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from Scientific American

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March 9, 1901

Paige typesetter - general view
General View of the Machine, Showing Keyboard


Mr. Paige first had his attention directed to the typesetting problem about 1873, and in the next year he completed a composing machine which contained no provision for justification or distribution. He then invented and constructed an independent machine for distributing the type. In 1878 an arrangement was made with the Farnham Typesetting Company, of Hartford, Conn., for a distributing machine, and a combination was formed and a contract made looking to the introduction of machines using the Paige compositor and the Thompson distributor. About this time Mr. Paige invented his combined machine to contain the principal features of his compositor together with the leading features of the Thompson distributor, the type being taken from a galley and distributed into the bottom of the inclined channels, from which channels the type were delivered to an intermediate point in their length for purposes of composition. About 1881 a machine was completed for the double purpose of composition and distribution, but without provision for justification. A new machine was built by the Pratt & Whitney Company, and as early as July, 1887, type was automatically justified in the machine. The company passed through various vicissitudes, and the machine reached Chicago in 1892. Work was again started in February, 1894, and was pursued until August, 1894, when the first machine was completed and put in operation in the office of The Chicago Herald, and it is, claimed that wonderful results were obtained, but the matter had been delayed so long, and the art had advanced so much in the meantime, that it was not considered practical to build the machine.

Having given the history and romance of this remarkable patent, on our editorial page, we are enabled, through the courtesy of Mr. Philip T. Dodge, the President of the Linotype Company, who presented one machine to Cornell and the other to Columbia, to give a short account of the actual operation of this wonderful machine.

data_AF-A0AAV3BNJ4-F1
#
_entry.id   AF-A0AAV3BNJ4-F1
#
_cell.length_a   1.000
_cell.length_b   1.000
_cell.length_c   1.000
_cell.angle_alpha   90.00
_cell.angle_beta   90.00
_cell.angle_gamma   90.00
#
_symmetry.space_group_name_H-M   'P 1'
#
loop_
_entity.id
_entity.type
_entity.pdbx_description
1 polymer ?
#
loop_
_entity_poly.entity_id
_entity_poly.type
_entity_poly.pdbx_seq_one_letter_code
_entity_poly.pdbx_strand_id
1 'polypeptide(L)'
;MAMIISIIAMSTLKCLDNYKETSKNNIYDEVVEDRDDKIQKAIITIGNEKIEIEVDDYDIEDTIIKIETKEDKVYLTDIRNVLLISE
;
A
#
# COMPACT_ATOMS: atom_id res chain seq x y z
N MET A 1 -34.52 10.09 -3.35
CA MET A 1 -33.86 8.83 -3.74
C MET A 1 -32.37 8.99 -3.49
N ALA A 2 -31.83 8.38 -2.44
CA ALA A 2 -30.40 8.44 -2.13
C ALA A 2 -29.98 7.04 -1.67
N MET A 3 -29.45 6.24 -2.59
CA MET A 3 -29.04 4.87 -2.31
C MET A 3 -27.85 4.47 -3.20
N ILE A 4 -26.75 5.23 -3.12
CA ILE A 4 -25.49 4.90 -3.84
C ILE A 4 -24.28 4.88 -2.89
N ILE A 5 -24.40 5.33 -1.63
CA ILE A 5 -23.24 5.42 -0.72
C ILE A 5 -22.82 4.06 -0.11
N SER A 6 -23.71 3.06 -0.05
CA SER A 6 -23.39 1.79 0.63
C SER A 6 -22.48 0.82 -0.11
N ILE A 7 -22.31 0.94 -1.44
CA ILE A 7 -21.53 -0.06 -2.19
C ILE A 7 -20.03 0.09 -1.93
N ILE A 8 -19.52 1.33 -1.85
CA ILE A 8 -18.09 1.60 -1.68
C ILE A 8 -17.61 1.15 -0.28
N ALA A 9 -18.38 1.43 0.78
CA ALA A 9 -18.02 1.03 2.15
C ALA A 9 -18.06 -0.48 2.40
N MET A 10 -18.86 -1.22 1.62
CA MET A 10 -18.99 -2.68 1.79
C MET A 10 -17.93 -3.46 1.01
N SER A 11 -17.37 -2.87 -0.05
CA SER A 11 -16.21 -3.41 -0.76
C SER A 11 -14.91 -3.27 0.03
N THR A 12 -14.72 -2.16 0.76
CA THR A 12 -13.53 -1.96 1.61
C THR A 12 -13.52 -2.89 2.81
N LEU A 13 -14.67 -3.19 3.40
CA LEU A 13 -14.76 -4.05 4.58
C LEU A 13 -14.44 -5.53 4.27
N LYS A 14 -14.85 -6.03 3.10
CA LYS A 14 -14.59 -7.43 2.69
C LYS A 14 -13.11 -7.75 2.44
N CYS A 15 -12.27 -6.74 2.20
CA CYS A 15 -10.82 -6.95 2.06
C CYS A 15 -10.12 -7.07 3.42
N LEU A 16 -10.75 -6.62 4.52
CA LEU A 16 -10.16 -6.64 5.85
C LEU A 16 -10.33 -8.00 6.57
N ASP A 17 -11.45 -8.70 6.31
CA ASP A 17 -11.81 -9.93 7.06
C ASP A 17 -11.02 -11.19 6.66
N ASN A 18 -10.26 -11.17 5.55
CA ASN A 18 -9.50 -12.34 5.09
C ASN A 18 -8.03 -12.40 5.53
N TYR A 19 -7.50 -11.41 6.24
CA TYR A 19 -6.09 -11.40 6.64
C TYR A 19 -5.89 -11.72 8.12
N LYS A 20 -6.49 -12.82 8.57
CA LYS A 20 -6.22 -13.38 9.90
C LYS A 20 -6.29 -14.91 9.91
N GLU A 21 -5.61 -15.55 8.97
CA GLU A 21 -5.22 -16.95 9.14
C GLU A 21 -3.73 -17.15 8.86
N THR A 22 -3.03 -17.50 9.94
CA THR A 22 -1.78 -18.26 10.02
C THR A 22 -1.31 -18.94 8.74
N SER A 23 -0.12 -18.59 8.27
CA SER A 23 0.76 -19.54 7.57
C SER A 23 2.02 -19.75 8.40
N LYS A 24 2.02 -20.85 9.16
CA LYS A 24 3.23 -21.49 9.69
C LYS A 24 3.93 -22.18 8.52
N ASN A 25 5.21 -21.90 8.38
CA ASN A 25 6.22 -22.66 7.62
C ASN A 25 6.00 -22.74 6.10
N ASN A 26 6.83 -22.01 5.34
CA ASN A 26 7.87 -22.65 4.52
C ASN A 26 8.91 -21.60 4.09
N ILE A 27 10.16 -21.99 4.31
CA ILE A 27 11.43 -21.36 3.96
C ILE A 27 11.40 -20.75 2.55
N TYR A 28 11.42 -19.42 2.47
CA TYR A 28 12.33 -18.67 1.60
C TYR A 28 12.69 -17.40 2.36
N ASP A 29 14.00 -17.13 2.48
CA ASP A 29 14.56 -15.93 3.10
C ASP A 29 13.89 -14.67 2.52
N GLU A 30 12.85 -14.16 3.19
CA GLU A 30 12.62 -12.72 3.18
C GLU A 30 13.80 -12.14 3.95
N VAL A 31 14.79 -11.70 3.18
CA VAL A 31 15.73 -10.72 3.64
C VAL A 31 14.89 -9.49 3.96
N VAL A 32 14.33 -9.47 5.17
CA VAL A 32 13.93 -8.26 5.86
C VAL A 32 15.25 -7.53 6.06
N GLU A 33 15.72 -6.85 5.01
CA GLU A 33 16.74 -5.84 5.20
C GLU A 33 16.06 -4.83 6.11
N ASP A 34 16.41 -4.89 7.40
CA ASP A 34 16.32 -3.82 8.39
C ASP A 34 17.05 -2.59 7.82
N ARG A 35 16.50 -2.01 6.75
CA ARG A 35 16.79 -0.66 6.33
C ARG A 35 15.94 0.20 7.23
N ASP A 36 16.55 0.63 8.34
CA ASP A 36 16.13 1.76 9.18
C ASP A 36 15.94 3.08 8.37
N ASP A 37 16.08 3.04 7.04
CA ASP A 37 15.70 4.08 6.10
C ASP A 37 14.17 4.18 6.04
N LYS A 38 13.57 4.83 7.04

We will now briefly describe the Paige machine. Of course, only the merest outline can be given of the wonderful mechanism of this remarkable creation of the inventor. The machine was designed to use one size of type. The model machines constructed were for nonpareil type. The machine was arranged to distribute dead matter into both type and space cases automatically, to set matter from the type case by means of a keyboard, to automatically justify lines of matter by inserting between the words a space of a thickness predetermined by a series of word measurements, and to finally place the matter in galleys, solid, single or double-leaded, as desired, all of these operations being performed at the same time and in perfect harmony with each other. The type is contained in the vertical channels of the type case, which is slightly inclined to prevent the long columns of type failing to the front.

The setting is performed by a horizontal row of setter plungers, each plunger being in register with its particular channel and character. These plungers in action pass through the type channels about two inches above the lower end of type column, pushing type out from the column, upon a raceway in front.

The setting action, after the key has been pressed by the operator, is purely mechanical, being controlled by a time lock device. Depressing a key, operates through a horizontal wire to a vertical detented lever. This lever supports the rear end of an initial movement plunger, the front end of which engages with the setter plunger proper. The detented lever being pushed back by the key action, the initial plunger falls in front of it, and by the return of the detented lever is given a forward motion of one-quarter of an Inch. This forwards the setter plunger in exact time to become engaged by a revolving wing shaft, which completes the plunger's movement and sets the type out upon the raceway. A second wing shaft, revolving in opposite direction to the first, returns both the setter and initial plungers to position, the initial plunger being lifted, so that its rear end rests again upon the detented lever. The key is returned by the action which gives the initial movement to the plunger. One key, or as many as can be used in spelling from left to right, may be pressed at one and the same time.

The type set out upon the raceway by the plungers are collected at the left-hand side of the case by the type driver, which sweeps the entire length of the setter raceway. Here the word is completed, and measured by a mechanical device. A touch of the word key, and the word is forwarded to the word raceway. Each word is measured, and kept separated from the other. An indicator on the keyboard shows when the line is full. The line key is then pressed, which transfers the aggregate word measurement to the space-selecting device, pushes a pin, one of a circle of pins contained in a revolving disk, and returns the measuring device to its zero position, in time for the succeeding word.